Let’s just state the obvious: The prom dress in Pretty in Pink, the Molly Ringwald/John Hughes film that opened on this day in 1986, is a dog. In fact, given that the title of the film is based around the climatic scene where Ringwald’s character, Andie, arrives at the prom in a pink dress of her own design, the garment’s puckered seams and unflattering cut becomes the second biggest surprise of the film (I won’t reveal the other surprise, in case you haven’t already seen the grotesque ending). And yet, ultimately, the dress’s inadequacies are fitting. In this film about a studious high-school girl from the wrong side of the tracks (Hughes has actual railroad tracks running by her house, in case you didn’t pick up on the poverty angle early on) who falls for a rich boy, Andie’s shortcomings are as numerous as her assets, and the wardrobe successfully mirrors that dichotomy throughout.
Ringwald was already an indie teen favorite by the time Pretty in Pink came out, having charmed with her California punk-pop wardrobe in Sixteen Candles and breezy style in The Breakfast Club. Thanks to costume designer Marilyn Vance, Hughes 80s-era films consistently showcase teenage characters in authentic and cheeky outfits, underscoring the writer’s famously earnest dialogue. Vance excels at capturing, without irony or kitsch, the instinctive thrift and experimental, sometimes awkward dressing that is distinctive to adolescents. In Pretty in Pink, for example, Andie overcomes a lack of monetary resources with creative ones: She shops second-hand and sews her own clothes (is this the first teenager depicted in a film to do so? I can’t think of another). Her character is self-sufficient and driven, earning straight-As while dutifully taking care of her unshaven, stymied father and working at a record store after school. (Andie is also passive aggressive—“Daddy, what are you doing up this early? I didn’t wake you up!”—and a total kiss-ass—“I’m lucky the good people of this community allow me to have this education!”—but Hollywood doesn’t offer much in the way of teenage-girl role models, so we take what we can get.)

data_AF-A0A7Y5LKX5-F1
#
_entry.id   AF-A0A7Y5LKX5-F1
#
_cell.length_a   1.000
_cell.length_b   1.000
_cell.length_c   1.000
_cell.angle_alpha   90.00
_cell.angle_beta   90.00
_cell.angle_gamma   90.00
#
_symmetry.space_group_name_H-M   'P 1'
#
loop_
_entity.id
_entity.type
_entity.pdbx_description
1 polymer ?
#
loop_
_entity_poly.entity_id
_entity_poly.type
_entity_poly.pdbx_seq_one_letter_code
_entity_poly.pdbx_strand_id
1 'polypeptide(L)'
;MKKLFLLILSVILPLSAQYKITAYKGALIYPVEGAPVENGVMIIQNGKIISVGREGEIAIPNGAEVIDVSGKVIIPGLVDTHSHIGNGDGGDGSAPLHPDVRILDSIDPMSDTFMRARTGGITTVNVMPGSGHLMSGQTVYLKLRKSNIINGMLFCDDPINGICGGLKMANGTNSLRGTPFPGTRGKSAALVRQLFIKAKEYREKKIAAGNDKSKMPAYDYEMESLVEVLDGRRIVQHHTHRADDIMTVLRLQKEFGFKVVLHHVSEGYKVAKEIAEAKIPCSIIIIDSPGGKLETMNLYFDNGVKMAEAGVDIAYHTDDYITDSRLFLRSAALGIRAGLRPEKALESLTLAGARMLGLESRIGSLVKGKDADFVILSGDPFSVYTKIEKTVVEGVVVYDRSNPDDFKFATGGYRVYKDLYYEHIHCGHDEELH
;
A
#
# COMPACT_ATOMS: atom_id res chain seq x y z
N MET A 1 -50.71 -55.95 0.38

And Vance deftly captures Andie’s complex personality in wardrobe. Her character’s granny-chic style is an ongoing balance of Andie appearing steady and brainy as well as artsy and alienated. Andie longs to live in a big house and find a place in mainstream society, but is also repulsed by the rich students and their slutty, Miami Vice–inspired style. So she over-compensates by over-accessorizing, and creates an insurmountable wall of asexualization and disinterest in the process: A large hat is roughly knotted with a fabric remnant; an already studious blouse is fastened with a cheap brooch and topped with a worn crochet vest; a cardigan atop another cardigan is trimmed with broken charms from an old bracelet. Andie favors dowdy textiles: florals, lace, knits and, you guessed it, a virginal shade of pink. At school, the piled-on effect is entirely repellent, while during her off-hours at work, at home or hanging out with friends, the look relaxes into a style that is funky and flattering.